West 'concerned' about Turkey's warming relationship with Russia: FT
As Erdogan recently announced that Ankara will be paying for Russian gas in rubles, the European Union has been keeping its eyes peeled.
Western countries are expressing increasing concern regarding the deepening economic cooperation between Russia and Turkey after their meeting in Sochi, Russia, according to the Financial Times on Saturday, citing 6 Western officials.
As Russian President Vladimir Putin and Turkish President Recep Tayyip Erdogan met in Sochi to discuss the UN-brokered grain deal between Russia and Ukraine, the TurkStream gas pipeline, the construction of the Akkuyu nuclear power plant, payments in ruble for Russian gas deliveries, the situation in the Middle East, and more.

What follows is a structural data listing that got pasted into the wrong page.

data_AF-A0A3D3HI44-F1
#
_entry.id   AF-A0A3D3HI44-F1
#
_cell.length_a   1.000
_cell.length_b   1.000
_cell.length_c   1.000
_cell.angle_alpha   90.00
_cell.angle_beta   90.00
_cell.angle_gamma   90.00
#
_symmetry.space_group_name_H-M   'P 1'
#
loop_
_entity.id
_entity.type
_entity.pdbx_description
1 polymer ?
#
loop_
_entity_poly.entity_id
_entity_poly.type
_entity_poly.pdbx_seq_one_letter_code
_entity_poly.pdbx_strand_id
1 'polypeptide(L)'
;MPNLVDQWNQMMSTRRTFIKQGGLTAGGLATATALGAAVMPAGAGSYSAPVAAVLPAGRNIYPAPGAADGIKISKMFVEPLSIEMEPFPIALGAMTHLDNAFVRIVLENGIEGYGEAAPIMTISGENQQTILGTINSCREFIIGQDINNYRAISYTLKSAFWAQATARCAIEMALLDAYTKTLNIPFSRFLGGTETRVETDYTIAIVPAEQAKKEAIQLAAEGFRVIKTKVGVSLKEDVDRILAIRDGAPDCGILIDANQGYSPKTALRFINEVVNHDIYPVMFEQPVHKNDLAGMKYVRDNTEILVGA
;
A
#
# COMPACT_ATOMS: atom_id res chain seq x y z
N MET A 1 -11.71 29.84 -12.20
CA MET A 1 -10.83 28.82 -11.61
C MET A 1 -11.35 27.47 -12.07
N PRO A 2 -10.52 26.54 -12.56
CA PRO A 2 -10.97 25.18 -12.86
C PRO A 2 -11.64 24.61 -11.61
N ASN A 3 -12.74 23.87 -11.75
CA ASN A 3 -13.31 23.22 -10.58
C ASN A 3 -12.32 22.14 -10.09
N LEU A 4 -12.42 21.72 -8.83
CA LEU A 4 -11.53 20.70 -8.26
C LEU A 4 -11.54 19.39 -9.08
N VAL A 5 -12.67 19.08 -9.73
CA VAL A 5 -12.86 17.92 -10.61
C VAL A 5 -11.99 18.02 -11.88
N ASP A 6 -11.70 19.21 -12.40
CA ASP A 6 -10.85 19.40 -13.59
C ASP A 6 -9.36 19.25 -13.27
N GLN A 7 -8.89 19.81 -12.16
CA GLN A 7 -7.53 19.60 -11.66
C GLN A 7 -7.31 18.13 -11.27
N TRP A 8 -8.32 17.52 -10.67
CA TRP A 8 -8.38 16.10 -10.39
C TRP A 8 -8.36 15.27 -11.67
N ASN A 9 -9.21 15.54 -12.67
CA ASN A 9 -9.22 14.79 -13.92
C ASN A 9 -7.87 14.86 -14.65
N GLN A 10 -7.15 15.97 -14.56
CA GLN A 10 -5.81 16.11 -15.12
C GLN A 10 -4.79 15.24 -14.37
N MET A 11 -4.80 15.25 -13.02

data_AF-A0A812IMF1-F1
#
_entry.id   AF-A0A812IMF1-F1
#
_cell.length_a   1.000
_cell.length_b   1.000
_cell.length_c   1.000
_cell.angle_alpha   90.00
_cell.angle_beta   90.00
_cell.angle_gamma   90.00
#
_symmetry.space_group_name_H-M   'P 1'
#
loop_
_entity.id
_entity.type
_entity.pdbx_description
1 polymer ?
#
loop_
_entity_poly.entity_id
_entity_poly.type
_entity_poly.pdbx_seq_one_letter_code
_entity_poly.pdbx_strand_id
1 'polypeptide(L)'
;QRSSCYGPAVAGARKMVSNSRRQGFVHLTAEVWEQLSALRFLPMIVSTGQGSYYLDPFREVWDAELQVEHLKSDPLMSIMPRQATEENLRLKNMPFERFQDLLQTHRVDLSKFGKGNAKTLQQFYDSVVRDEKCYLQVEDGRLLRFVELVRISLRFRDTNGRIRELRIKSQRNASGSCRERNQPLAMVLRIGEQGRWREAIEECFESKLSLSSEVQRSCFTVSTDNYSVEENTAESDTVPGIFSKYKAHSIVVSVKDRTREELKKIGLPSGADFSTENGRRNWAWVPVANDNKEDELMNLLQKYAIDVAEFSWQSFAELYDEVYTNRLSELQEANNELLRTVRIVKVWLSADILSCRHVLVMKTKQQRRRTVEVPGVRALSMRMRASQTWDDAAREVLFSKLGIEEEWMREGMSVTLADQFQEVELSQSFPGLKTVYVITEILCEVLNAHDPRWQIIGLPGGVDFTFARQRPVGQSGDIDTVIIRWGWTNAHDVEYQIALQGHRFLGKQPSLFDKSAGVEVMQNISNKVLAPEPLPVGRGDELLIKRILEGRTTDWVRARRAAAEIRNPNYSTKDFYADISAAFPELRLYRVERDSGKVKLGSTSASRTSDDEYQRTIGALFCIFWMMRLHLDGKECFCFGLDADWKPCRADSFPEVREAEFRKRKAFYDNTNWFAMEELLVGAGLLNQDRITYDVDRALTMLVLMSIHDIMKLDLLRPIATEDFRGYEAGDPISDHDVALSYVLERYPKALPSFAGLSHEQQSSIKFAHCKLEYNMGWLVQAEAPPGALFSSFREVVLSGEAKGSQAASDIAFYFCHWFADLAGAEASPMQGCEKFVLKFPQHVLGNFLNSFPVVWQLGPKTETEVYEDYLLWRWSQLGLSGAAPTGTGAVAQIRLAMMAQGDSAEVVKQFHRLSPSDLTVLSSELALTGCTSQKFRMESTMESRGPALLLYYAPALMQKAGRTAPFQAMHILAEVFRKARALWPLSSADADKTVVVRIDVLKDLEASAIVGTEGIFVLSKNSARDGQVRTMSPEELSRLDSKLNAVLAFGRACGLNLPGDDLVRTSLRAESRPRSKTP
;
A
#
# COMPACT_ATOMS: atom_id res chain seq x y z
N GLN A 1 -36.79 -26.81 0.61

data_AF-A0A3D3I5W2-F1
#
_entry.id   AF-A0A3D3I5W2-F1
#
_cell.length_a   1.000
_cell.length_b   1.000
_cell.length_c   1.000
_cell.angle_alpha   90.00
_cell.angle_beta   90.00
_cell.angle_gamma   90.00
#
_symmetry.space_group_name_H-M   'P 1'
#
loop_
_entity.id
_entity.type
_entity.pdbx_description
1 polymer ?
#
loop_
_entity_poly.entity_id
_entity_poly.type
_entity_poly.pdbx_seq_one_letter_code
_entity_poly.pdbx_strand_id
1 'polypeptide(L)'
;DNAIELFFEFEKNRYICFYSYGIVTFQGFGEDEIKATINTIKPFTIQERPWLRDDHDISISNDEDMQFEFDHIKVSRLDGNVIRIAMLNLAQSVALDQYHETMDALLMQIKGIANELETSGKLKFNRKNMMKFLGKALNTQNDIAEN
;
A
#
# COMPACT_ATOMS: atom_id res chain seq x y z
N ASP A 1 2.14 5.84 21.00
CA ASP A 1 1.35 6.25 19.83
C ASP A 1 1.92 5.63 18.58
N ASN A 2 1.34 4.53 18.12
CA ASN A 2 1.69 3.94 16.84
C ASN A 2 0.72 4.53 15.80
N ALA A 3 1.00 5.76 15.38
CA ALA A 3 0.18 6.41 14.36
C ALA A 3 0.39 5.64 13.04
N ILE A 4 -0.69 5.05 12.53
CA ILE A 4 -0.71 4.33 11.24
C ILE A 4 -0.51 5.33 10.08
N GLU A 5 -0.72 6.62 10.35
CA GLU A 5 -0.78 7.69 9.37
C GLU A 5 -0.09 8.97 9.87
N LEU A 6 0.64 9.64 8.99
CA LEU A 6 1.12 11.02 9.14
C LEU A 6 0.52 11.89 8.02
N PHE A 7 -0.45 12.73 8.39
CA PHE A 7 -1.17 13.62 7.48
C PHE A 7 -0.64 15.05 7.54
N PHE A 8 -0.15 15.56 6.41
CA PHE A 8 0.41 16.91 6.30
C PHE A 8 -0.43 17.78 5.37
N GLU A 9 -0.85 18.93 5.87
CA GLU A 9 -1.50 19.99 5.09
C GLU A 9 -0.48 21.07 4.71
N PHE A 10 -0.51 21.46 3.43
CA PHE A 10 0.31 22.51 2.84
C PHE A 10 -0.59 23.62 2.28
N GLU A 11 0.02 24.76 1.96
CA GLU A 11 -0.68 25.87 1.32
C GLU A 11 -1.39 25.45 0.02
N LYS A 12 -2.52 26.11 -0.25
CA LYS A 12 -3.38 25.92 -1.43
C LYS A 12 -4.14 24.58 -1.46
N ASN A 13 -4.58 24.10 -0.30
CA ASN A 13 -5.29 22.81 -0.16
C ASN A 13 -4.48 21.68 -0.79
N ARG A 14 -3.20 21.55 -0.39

The European Union, according to an EU official, is monitoring the Russian-Turkish cooperation "more and more closely," expressing concerns that Turkey is, more and more, becoming "a platform for trade with Russia."
"We are trying to make the Turks pay attention to our concerns," another EU official said, describing Turkey's relationship with Russia as "opportunistic."
The Financial Times wrote, citing another senior western official that countries that have imposed sanctions against Russia could retaliate against Turkey by "calling on Western firms to either pull out of relationships in Turkey, or to shrink their relationships with Turkey, in light of the risk that would be created by Turkey expanding their relationship with Russia."
Many European officials oppose such a measure: One official said that "there are very significant economic interests that would probably fight hard against such negative actions," according to the report.
In addition, 3 officials said that there haven't been any discussions in Brussels about sanctioning Turkey for its relationship with Russia.
The US has warned countries that it would impose "secondary sanctions" against any country that attempts to help Russia evade them.